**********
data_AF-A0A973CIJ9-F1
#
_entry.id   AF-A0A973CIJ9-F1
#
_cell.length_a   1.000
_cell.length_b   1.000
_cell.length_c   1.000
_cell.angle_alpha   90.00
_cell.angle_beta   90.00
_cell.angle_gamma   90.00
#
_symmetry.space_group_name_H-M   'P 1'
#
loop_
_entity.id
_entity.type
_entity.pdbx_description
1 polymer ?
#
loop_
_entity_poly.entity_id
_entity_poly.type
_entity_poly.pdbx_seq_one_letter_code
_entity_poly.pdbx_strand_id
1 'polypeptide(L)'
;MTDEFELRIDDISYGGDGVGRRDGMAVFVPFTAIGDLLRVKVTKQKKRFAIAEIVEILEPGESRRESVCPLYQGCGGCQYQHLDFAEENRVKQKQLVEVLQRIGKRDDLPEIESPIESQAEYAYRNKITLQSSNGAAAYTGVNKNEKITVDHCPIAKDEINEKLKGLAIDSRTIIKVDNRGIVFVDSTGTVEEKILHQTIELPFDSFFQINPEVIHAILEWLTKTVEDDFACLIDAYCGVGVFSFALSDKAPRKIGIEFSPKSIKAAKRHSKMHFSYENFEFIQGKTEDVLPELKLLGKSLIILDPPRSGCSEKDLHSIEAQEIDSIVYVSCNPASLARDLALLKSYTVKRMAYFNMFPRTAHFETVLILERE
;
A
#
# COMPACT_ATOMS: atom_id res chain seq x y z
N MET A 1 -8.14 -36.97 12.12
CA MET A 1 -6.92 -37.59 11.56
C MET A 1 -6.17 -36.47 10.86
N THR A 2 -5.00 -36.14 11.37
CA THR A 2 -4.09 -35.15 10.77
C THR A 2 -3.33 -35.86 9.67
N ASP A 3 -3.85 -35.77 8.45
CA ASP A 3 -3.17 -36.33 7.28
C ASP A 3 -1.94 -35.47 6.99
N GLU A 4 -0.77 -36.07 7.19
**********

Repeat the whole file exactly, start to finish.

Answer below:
data_AF-A0A973CIJ9-F1
#
_entry.id   AF-A0A973CIJ9-F1
#
_cell.length_a   1.000
_cell.length_b   1.000
_cell.length_c   1.000
_cell.angle_alpha   90.00
_cell.angle_beta   90.00
_cell.angle_gamma   90.00
#
_symmetry.space_group_name_H-M   'P 1'
#
loop_
_entity.id
_entity.type
_entity.pdbx_description
1 polymer ?
#
loop_
_entity_poly.entity_id
_entity_poly.type
_entity_poly.pdbx_seq_one_letter_code
_entity_poly.pdbx_strand_id
1 'polypeptide(L)'
;MTDEFELRIDDISYGGDGVGRRDGMAVFVPFTAIGDLLRVKVTKQKKRFAIAEIVEILEPGESRRESVCPLYQGCGGCQYQHLDFAEENRVKQKQLVEVLQRIGKRDDLPEIESPIESQAEYAYRNKITLQSSNGAAAYTGVNKNEKITVDHCPIAKDEINEKLKGLAIDSRTIIKVDNRGIVFVDSTGTVEEKILHQTIELPFDSFFQINPEVIHAILEWLTKTVEDDFACLIDAYCGVGVFSFALSDKAPRKIGIEFSPKSIKAAKRHSKMHFSYENFEFIQGKTEDVLPELKLLGKSLIILDPPRSGCSEKDLHSIEAQEIDSIVYVSCNPASLARDLALLKSYTVKRMAYFNMFPRTAHFETVLILERE
;
A
#
# COMPACT_ATOMS: atom_id res chain seq x y z
N MET A 1 -8.14 -36.97 12.12
CA MET A 1 -6.92 -37.59 11.56
C MET A 1 -6.17 -36.47 10.86
N THR A 2 -5.00 -36.14 11.37
CA THR A 2 -4.09 -35.15 10.77
C THR A 2 -3.33 -35.86 9.67
N ASP A 3 -3.85 -35.77 8.45
CA ASP A 3 -3.17 -36.33 7.28
C ASP A 3 -1.94 -35.47 6.99
N GLU A 4 -0.77 -36.07 7.19